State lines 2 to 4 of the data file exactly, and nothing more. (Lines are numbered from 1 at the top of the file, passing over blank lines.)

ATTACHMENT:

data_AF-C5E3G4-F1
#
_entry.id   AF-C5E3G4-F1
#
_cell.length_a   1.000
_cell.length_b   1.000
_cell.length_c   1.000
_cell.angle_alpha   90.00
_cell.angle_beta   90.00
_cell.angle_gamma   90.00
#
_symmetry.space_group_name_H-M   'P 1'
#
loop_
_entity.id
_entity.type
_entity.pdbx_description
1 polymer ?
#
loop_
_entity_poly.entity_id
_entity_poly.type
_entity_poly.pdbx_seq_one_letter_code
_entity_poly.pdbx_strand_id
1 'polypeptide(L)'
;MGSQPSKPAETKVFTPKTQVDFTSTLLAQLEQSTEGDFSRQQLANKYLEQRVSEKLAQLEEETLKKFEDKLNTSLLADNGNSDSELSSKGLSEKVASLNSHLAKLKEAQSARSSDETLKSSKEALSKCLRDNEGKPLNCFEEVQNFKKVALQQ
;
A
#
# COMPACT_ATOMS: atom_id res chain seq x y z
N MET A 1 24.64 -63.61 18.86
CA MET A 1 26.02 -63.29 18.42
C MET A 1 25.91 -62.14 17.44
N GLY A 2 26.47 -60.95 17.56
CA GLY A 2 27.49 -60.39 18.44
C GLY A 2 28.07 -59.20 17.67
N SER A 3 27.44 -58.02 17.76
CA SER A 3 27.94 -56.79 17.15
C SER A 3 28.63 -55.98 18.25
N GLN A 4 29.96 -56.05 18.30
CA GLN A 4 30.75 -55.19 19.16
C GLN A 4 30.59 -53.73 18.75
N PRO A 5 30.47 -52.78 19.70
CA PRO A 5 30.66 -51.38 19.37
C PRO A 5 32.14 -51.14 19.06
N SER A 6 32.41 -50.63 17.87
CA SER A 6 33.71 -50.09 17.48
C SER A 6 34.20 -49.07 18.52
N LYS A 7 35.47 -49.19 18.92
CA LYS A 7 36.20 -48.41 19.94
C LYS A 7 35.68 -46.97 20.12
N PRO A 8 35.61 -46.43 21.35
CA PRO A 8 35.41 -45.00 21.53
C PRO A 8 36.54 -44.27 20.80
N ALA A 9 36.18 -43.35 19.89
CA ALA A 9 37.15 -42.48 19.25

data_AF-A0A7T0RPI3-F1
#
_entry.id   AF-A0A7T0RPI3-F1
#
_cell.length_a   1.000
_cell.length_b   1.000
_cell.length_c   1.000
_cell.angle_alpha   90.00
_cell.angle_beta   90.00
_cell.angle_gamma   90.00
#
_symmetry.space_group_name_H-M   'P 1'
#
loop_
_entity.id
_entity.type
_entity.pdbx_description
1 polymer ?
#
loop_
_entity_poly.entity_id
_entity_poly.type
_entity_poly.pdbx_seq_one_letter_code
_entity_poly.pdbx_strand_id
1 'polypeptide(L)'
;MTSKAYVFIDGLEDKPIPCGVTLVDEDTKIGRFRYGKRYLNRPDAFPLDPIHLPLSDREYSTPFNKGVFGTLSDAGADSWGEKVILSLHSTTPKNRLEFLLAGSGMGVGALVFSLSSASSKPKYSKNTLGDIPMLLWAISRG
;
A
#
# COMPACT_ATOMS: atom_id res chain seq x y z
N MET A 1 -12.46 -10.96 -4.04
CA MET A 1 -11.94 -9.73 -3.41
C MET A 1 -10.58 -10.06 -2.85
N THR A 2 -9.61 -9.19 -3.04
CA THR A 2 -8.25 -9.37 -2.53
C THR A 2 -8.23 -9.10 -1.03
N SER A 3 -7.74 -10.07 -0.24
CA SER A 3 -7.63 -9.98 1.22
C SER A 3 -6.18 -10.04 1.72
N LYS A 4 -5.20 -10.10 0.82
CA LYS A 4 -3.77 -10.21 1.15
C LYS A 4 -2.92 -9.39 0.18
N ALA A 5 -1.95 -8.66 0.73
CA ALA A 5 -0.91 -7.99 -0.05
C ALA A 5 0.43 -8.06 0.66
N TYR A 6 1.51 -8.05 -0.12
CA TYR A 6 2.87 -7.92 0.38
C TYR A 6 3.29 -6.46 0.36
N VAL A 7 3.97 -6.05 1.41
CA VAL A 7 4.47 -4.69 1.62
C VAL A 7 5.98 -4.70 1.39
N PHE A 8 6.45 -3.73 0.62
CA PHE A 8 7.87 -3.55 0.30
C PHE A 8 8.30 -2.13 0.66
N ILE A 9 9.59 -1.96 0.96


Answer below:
#
_entry.id   AF-C5E3G4-F1
#